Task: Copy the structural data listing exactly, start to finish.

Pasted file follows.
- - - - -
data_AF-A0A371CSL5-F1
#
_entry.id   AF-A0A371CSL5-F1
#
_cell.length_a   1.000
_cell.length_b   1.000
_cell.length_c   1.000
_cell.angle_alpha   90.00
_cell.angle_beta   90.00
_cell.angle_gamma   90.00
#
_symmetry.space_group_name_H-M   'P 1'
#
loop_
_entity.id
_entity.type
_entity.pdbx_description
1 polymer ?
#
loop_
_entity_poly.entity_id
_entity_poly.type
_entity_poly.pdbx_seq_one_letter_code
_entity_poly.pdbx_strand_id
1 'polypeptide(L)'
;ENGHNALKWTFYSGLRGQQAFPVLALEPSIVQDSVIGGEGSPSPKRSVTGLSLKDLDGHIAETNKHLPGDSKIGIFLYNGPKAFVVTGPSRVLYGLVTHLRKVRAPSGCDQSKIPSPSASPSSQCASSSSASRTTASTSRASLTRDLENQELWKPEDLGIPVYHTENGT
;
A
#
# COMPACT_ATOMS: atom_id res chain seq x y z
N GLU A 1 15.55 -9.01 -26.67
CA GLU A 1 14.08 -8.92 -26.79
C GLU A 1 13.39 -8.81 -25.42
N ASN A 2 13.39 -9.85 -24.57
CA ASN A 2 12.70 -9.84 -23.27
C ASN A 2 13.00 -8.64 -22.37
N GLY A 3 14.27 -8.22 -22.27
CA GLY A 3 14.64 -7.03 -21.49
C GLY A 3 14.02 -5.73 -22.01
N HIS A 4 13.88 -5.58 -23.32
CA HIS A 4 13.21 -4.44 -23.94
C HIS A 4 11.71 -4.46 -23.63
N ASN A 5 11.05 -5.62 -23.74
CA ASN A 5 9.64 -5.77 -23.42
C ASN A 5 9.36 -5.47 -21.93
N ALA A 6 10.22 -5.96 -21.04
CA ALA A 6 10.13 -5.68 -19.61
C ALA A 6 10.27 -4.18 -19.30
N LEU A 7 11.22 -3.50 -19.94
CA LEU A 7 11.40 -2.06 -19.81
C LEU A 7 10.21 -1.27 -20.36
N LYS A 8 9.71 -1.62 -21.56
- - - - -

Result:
data_AF-A0A371CSL5-F1
#
_entry.id   AF-A0A371CSL5-F1
#
_cell.length_a   1.000
_cell.length_b   1.000
_cell.length_c   1.000
_cell.angle_alpha   90.00
_cell.angle_beta   90.00
_cell.angle_gamma   90.00
#
_symmetry.space_group_name_H-M   'P 1'
#
loop_
_entity.id
_entity.type
_entity.pdbx_description
1 polymer ?
#
loop_
_entity_poly.entity_id
_entity_poly.type
_entity_poly.pdbx_seq_one_letter_code
_entity_poly.pdbx_strand_id
1 'polypeptide(L)'
;ENGHNALKWTFYSGLRGQQAFPVLALEPSIVQDSVIGGEGSPSPKRSVTGLSLKDLDGHIAETNKHLPGDSKIGIFLYNGPKAFVVTGPSRVLYGLVTHLRKVRAPSGCDQSKIPSPSASPSSQCASSSSASRTTASTSRASLTRDLENQELWKPEDLGIPVYHTENGT
;
A
#
# COMPACT_ATOMS: atom_id res chain seq x y z
N GLU A 1 15.55 -9.01 -26.67
CA GLU A 1 14.08 -8.92 -26.79
C GLU A 1 13.39 -8.81 -25.42
N ASN A 2 13.39 -9.85 -24.57
CA ASN A 2 12.70 -9.84 -23.27
C ASN A 2 13.00 -8.64 -22.37
N GLY A 3 14.27 -8.22 -22.27
CA GLY A 3 14.64 -7.03 -21.49
C GLY A 3 14.02 -5.73 -22.01
N HIS A 4 13.88 -5.58 -23.32
CA HIS A 4 13.21 -4.44 -23.94
C HIS A 4 11.71 -4.46 -23.63
N ASN A 5 11.05 -5.62 -23.74
CA ASN A 5 9.64 -5.77 -23.42
C ASN A 5 9.36 -5.47 -21.93
N ALA A 6 10.22 -5.96 -21.04
CA ALA A 6 10.13 -5.68 -19.61
C ALA A 6 10.27 -4.18 -19.30
N LEU A 7 11.22 -3.50 -19.94
CA LEU A 7 11.40 -2.06 -19.81
C LEU A 7 10.21 -1.27 -20.36
N LYS A 8 9.71 -1.62 -21.56